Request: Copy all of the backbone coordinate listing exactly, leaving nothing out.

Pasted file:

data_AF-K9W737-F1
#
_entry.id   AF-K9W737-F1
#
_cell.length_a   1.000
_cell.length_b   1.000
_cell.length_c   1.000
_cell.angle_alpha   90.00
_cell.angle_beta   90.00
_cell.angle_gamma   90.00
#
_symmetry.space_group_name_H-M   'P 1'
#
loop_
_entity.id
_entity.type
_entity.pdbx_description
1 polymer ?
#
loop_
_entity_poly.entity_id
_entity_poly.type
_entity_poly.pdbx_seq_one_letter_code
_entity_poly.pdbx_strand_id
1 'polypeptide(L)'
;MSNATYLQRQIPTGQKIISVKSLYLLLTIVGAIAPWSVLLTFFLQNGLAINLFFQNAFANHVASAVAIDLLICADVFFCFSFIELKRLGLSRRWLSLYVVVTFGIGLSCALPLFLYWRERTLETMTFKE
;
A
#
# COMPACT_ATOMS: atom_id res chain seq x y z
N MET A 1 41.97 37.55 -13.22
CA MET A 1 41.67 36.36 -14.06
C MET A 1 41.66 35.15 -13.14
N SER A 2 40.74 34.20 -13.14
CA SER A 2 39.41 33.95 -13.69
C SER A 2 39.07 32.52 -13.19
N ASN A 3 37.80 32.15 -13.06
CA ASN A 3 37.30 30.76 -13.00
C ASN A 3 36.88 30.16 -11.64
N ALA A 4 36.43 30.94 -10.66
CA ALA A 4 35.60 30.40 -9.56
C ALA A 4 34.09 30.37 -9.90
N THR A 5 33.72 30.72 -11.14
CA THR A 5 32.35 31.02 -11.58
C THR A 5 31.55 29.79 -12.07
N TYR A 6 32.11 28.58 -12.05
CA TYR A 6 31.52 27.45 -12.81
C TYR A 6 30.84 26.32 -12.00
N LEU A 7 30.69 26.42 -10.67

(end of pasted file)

data_AF-K9W737-F1
#
_entry.id   AF-K9W737-F1
#
_cell.length_a   1.000
_cell.length_b   1.000
_cell.length_c   1.000
_cell.angle_alpha   90.00
_cell.angle_beta   90.00
_cell.angle_gamma   90.00
#
_symmetry.space_group_name_H-M   'P 1'
#
loop_
_entity.id
_entity.type
_entity.pdbx_description
1 polymer ?
#
loop_
_entity_poly.entity_id
_entity_poly.type
_entity_poly.pdbx_seq_one_letter_code
_entity_poly.pdbx_strand_id
1 'polypeptide(L)'
;MSNATYLQRQIPTGQKIISVKSLYLLLTIVGAIAPWSVLLTFFLQNGLAINLFFQNAFANHVASAVAIDLLICADVFFCFSFIELKRLGLSRRWLSLYVVVTFGIGLSCALPLFLYWRERTLETMTFKE
;
A
#
# COMPACT_ATOMS: atom_id res chain seq x y z
N MET A 1 41.97 37.55 -13.22
CA MET A 1 41.67 36.36 -14.06
C MET A 1 41.66 35.15 -13.14
N SER A 2 40.74 34.20 -13.14
CA SER A 2 39.41 33.95 -13.69
C SER A 2 39.07 32.52 -13.19
N ASN A 3 37.80 32.15 -13.06
CA ASN A 3 37.30 30.76 -13.00
C ASN A 3 36.88 30.16 -11.64
N ALA A 4 36.43 30.94 -10.66
CA ALA A 4 35.60 30.40 -9.56
C ALA A 4 34.09 30.37 -9.90
N THR A 5 33.72 30.72 -11.14
CA THR A 5 32.35 31.02 -11.58
C THR A 5 31.55 29.79 -12.07
N TYR A 6 32.11 28.58 -12.05
CA TYR A 6 31.52 27.45 -12.81
C TYR A 6 30.84 26.32 -12.00
N LEU A 7 30.69 26.42 -10.67